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Column: 1,000-plus interviews yield treasures

Column: 1,000-plus interviews yield treasures

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The well has run dry. I had some leads, some interesting story possibilities, but none panned out. That happens sometimes. People are shy or they want their private lives to remain private or they don’t trust reporters. Even when I explain that I’m not a reporter — just a freelancer who enjoys writing human interest stories, I can’t convince them.

I was particularly disappointed to be turned down by someone who’s run a gas station for decades — the old-timey kind with full-service gas pumping, windshield washing, putting air in tires, checking under the hood, oil changes, towing, the works!

With time running low on getting a story written, I decided to interview the only person who was available and willing: myself.

Q: Where do you get your story ideas?

A: Well, Mary, they come from a variety of places. People make suggestions by way of email, phone, or telling me face to face.

Secondly, they come by way of simply living life and noticing or hearing about a person, place, event, or organization that I think would make a good story.

And third, they present themselves through personal experiences that are just too good to keep to myself, such as travel, things that cause me to laugh, and making light of common, possibly irritating occurrences that everyone goes through. This third one is the reason some people are cautious around me. They’re afraid I’m going to write about something I’ve seen them do or heard them say. I have to make that Las Vegas promise. You know, that “What happens in Vegas stays in Vegas” assurance.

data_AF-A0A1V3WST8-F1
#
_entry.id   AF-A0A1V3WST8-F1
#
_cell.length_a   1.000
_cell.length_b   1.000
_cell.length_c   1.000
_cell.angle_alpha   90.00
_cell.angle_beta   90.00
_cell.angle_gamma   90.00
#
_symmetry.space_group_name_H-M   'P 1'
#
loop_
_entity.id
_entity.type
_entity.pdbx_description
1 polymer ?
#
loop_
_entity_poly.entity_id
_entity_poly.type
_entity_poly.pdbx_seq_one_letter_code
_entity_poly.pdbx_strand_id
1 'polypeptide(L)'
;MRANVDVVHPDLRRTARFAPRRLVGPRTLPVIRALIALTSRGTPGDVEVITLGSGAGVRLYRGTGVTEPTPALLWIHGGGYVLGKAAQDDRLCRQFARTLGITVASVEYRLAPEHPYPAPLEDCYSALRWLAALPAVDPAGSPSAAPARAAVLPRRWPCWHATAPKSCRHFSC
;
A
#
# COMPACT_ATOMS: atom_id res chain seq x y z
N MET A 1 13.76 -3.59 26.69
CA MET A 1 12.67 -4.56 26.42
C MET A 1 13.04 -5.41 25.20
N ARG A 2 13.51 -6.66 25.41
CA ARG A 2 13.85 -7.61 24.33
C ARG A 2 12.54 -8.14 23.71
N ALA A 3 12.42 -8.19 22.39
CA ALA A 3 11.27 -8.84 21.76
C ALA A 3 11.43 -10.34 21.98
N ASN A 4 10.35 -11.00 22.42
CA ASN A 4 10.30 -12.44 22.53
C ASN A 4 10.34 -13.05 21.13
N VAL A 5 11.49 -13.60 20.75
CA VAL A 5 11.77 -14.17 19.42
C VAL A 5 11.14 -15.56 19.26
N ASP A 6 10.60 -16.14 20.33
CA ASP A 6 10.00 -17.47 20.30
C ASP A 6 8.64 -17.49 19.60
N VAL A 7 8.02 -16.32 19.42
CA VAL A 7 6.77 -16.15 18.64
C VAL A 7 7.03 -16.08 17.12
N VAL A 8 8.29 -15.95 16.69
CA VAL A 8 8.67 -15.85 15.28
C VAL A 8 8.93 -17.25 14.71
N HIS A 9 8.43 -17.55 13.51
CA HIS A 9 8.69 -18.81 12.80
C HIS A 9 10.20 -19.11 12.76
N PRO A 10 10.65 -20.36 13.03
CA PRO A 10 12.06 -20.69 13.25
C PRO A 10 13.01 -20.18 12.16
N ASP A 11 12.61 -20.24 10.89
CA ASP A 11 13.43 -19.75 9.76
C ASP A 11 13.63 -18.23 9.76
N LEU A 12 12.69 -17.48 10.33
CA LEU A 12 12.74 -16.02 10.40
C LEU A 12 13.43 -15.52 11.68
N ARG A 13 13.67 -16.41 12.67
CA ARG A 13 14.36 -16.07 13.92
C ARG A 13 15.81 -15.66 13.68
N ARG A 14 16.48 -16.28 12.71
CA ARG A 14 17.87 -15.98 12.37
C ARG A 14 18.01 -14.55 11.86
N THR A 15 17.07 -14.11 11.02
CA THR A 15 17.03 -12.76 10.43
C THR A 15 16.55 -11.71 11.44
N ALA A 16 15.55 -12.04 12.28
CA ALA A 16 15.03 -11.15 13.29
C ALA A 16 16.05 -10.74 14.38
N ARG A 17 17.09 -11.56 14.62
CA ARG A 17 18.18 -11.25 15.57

Q: On what do you base your decision to write about a certain person, place, event, or organization?

A: My number one rule is that the story be as positive as possible. In this world, there is no lack of bad or sad news, and there’s certainly no shortage of negative opinions, finger pointing, and ridiculing. Why would I do what so many already are doing? Contentious topics are off limits in my stories. That’s not to say I won’t stand up for what I believe is right as long as the subject relates to fairness, justice, equality, kindness, and respect, but I’m not going to force-feed negativity. It’s unconstructive.

Q: So, Mary, you’ve never written about anything controversial?

A: Well, there was one time when I expressed displeasure at folks leaving grocery carts in parking lots. I received a number of unkind responses from people who believed they had good excuses for not pushing their carts into the closest corrals or back into the stores.

Q: How did you get started writing columns?

A: I was teaching English and reading at Grandview Middle School and wanted to start writing for an audience. I bought a book about getting published. It’s first suggestion was to contact a local newspaper to find out if they might be interested in printing my stories. I took the advice and wrote for several years for a publication that no longer exists. When that opportunity ended, the editor of the Hickory Daily Record at that time asked if I’d be interested in doing the same sort of articles for the HDR. So, here I am.

Q: What are some of your fondest interviewing memories?